This Is Not the New Normal
Source: Unsplash
Truth Well Told (TWT)

This Is Not the New Normal

"All the while, we are being told that we need to embrace the new normal. The problem is, I don't buy that." - Simon Hughes

By Simon Hughes

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As Greater Gaborone sees the latest ride on the Corona-Coaster come to an end (our third period of 'lockdown'), the profound temporary changes we are facing as individuals and communities are starting to look more and more permanent. Hopefully, not the continued decline of the economy, which let's face it seems plausible right now. Instead, the changes to how we live and work.

While until recently, Botswana has gotten off lightly; watching the pandemic from the outside looking in, the situation is changing rapidly. The precautions we have been following that saw us all going through the motions - hand sanitiser, washing hands more frequently, not shaking hands etc. - are now critical if we are not going to see things skid out of control. Unfortunately, when you go through the motions for too long without feeling the consequences of the 'thing' you are trying to avoid, you get sloppy. Discipline starts to slide, and you take your eye off the ball. Unlike China, Italy, France, UK, and many others, where even when you followed these precautions people were getting sick and dying all around, we have been in a bubble, enforced by increasingly unsustainable border closures and movement restrictions. They have generally worked, but I think we all know that something has got to give. But what? It is like putting your hole in a leaking dam wall. When do we take our finger out? And, when we do, what will happen? We all want economic activity to continue, but can we cope with a rapid increase in infections from a public health perspective?

Source: Unsplash

All the while, we are being told that we need to embrace the new normal. The problem is, I don't buy that. Not the changes in behaviour, but quite literally the name we are giving our current circumstances. This may just be a matter of semantics, but perhaps not. Sometimes, semantics matter. I say this is not the new normal, but the new reality as there is nothing normal about any of this.

And, to be clear, I am not one of those whack-jobs that believes COVID-19 was created in a lab by one country to blame on another or some other nonsense. I also don't think it is an influenza bug that has been blown out of proportion. I, like many others, am deeply concerned about it. From a public health perspective, including mine and my family; and also, from an economic perspective. But, more so because there is such inconsistency in messaging, response and guidance from all quarters. And this drives uncertainty - the worst footing to be on as a human. We behave irrationally; believing things, disbelieving things, flip-flopping in between the two; and in the absence of anything else start making things up to make ourselves feel better. Or, worse, make things up to make others feel worse, so we feel better. I think we all know who I am talking about here. Part of this is related to never wanting to be the smartest person in the room. Always believing that there are more intelligent people out there, who are prepared and ready to respond. And, in situations like this are looking beyond opportunities for personal gain. Once again, my expectations have been dashed on the rocks of reality.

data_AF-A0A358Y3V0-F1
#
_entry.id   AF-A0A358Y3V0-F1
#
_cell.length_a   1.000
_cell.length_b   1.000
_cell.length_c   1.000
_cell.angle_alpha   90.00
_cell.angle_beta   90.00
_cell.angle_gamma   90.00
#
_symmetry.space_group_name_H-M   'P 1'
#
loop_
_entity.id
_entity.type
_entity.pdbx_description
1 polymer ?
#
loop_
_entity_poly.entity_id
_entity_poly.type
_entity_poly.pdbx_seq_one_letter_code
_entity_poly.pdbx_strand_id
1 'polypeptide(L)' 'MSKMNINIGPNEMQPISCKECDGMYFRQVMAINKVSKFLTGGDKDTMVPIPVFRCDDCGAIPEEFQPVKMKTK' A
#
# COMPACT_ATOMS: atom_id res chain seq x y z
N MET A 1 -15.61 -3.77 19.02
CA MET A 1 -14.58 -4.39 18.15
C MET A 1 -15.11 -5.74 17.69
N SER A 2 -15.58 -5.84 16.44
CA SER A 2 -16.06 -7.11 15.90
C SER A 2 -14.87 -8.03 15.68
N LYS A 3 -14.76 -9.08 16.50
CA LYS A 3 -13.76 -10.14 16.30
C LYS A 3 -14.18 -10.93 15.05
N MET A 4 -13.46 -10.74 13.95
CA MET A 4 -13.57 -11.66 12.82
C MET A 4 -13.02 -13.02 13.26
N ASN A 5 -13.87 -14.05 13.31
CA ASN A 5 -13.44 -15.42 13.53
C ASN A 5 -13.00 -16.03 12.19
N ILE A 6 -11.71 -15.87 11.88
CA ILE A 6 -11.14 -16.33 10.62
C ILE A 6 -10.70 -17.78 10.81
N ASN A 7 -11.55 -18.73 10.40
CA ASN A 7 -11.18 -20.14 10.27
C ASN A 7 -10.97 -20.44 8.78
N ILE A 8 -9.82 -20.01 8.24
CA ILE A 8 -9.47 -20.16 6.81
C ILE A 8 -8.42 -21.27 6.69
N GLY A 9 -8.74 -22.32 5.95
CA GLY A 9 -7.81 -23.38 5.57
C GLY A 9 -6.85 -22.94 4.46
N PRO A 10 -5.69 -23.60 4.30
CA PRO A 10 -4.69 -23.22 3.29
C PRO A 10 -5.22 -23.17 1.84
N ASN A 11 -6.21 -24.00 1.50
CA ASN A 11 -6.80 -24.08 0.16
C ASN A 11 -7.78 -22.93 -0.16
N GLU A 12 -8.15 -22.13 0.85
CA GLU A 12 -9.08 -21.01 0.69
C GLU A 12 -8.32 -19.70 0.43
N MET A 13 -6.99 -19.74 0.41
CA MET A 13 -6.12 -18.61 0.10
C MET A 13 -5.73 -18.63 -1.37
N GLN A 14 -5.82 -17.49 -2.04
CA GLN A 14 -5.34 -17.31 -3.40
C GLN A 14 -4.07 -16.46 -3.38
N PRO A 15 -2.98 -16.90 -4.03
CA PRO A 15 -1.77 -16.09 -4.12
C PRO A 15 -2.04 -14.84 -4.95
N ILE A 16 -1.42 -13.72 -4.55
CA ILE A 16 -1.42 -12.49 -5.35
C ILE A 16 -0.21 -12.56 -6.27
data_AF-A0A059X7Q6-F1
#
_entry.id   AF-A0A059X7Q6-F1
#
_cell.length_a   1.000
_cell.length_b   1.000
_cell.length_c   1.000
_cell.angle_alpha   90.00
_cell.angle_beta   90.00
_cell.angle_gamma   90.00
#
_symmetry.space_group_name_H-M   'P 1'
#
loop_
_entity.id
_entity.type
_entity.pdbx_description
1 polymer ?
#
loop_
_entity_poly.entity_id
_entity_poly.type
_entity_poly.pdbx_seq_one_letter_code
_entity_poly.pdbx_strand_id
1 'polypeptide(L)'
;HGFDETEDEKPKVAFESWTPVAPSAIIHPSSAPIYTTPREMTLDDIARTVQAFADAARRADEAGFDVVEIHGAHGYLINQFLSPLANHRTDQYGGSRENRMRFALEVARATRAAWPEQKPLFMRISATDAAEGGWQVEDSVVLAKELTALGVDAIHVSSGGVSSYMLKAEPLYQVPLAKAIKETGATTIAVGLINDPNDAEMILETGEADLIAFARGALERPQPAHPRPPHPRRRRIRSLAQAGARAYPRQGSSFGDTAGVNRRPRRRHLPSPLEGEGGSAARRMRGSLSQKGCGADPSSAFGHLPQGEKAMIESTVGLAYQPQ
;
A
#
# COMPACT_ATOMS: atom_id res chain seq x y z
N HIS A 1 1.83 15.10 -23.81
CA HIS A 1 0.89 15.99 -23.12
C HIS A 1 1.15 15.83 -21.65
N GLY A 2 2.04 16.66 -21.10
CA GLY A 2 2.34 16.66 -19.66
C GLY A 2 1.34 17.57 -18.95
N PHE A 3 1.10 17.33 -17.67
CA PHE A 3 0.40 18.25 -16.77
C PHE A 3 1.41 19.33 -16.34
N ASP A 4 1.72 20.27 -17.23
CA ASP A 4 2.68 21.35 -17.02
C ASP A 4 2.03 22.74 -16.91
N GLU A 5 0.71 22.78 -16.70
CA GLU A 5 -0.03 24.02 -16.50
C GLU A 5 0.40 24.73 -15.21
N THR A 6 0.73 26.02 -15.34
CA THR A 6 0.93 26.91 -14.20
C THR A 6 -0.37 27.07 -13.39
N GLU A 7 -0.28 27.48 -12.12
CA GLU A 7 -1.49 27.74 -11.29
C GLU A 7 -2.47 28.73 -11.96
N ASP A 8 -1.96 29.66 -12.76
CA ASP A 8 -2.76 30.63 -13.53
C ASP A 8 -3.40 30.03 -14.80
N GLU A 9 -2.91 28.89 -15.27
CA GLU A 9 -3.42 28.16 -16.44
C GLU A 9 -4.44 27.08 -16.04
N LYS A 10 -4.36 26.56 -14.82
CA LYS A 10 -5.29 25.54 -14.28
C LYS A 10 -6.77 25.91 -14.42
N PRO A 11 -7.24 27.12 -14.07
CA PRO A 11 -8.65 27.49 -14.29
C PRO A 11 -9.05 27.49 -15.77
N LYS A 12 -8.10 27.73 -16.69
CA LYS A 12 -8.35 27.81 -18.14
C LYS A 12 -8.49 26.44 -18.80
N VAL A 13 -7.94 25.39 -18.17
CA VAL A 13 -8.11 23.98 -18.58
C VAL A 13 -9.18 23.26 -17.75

Source: Unsplash

Despite how I personally feel in crowded places, humans are social beings. We need interaction and contact. Remember that feeling when someone you love hugs you? No matter how cynical and aloof you are, there is someone in all of our lives that has that effect on us. And, have you recently seen footage of your favourite sporting event or social/night-club from a few years ago, and felt that strange combination of feelings - 'Boy, I miss that' and 'Look how many people are packed into that space!!!' Has that gone forever? That uncomfortable yet liberating feeling of letting go in a concert crowd, or just feeling part of a community of like-minded people enjoying a shared experience. We need each other. Perhaps this why so many of us have been sucked even further into believing that social media equates to meaningful interaction while becoming increasingly isolated and feeling more alone than ever before.

So, are we going to recede into our shells and communicate only through our devices where can be more easily manipulated by ad-word driven commerce? Imagine if the only meaningful relationship you would have with the outside world is with the delivery driver for your area? Or, are we going to get through this, change some aspects of our behaviour and then demand that our governments are more prepared for this type of calamity so that we can go back being human beings again? We have all seen the benefits of reminders to be more on-point regarding personal hygiene, and perhaps a little 'room for the holy spirit' is needed in social interactions. Still, we cannot live our lives more than two metres apart forever.

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